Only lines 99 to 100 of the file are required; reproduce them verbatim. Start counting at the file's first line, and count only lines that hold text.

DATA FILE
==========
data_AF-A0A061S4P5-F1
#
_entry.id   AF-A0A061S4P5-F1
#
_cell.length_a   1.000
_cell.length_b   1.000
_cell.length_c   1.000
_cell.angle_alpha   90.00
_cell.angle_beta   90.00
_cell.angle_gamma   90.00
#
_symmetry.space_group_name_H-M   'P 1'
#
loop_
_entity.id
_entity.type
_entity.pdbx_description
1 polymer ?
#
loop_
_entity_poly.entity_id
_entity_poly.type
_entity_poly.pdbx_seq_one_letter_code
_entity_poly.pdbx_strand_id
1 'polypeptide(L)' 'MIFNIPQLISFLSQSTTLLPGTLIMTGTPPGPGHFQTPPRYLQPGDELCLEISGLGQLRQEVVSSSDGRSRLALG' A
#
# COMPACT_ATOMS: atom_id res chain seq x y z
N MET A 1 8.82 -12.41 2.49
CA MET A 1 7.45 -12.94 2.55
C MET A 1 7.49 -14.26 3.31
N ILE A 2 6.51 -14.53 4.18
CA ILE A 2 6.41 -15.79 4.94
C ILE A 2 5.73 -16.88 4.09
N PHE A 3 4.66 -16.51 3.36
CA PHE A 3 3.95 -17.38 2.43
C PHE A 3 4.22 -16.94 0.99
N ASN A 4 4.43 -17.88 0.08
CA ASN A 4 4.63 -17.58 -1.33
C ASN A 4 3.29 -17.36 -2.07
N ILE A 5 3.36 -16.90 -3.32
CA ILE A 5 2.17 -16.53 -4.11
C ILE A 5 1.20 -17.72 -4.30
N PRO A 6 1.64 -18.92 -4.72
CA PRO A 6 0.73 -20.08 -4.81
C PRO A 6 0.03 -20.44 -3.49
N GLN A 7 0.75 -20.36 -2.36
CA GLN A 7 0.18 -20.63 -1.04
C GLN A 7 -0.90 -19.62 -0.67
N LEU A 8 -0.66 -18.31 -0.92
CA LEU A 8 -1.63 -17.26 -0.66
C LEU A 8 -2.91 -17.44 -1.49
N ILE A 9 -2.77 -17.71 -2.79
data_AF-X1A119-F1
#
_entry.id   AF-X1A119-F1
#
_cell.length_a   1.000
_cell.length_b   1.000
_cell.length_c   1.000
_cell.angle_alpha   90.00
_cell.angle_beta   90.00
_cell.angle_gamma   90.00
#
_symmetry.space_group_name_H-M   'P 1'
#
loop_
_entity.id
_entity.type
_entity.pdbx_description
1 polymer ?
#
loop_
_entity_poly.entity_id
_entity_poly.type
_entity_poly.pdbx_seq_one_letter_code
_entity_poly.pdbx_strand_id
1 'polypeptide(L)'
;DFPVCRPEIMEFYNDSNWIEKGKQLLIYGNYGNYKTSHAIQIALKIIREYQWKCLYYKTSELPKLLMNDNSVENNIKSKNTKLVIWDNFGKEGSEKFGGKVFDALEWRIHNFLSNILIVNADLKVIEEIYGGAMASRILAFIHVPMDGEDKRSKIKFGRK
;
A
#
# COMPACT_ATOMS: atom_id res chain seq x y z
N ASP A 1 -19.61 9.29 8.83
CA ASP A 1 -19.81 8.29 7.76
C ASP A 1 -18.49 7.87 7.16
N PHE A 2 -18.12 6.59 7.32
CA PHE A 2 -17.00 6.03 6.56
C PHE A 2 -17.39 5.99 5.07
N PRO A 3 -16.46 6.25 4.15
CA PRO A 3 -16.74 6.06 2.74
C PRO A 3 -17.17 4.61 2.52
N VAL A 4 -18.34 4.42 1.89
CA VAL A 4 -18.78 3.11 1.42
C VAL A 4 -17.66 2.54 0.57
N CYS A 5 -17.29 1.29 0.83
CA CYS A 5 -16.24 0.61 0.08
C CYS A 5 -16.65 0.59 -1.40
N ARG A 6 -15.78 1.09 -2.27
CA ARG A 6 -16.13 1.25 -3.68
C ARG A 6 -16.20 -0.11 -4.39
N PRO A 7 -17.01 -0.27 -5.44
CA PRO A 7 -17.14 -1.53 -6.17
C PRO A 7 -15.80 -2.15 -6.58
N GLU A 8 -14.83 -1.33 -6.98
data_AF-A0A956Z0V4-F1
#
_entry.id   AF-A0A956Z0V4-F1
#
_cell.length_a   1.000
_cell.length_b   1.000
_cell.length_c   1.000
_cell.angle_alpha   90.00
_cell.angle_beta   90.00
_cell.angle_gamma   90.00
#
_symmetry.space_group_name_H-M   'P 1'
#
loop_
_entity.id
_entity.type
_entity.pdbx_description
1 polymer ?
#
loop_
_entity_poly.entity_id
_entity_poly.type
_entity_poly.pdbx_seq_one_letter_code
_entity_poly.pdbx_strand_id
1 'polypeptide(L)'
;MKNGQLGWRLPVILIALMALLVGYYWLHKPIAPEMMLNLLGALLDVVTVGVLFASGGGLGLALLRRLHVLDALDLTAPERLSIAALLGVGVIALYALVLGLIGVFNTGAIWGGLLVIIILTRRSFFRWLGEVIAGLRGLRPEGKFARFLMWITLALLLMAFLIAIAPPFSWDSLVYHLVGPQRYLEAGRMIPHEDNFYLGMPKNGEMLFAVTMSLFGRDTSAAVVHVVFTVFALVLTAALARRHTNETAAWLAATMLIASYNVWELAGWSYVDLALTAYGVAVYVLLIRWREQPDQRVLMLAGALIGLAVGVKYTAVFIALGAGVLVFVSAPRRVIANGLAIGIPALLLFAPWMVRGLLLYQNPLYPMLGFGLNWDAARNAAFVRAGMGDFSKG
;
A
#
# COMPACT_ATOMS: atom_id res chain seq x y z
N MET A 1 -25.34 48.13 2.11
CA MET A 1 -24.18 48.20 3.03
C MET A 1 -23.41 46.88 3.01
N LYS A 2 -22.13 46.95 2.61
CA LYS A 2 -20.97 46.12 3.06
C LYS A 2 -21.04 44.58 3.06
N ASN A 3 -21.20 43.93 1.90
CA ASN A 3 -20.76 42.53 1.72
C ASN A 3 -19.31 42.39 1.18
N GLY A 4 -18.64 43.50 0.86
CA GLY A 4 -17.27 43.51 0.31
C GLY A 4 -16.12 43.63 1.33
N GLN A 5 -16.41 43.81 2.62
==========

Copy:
CA ARG A 6 -16.13 1.25 -3.68
C ARG A 6 -16.20 -0.11 -4.39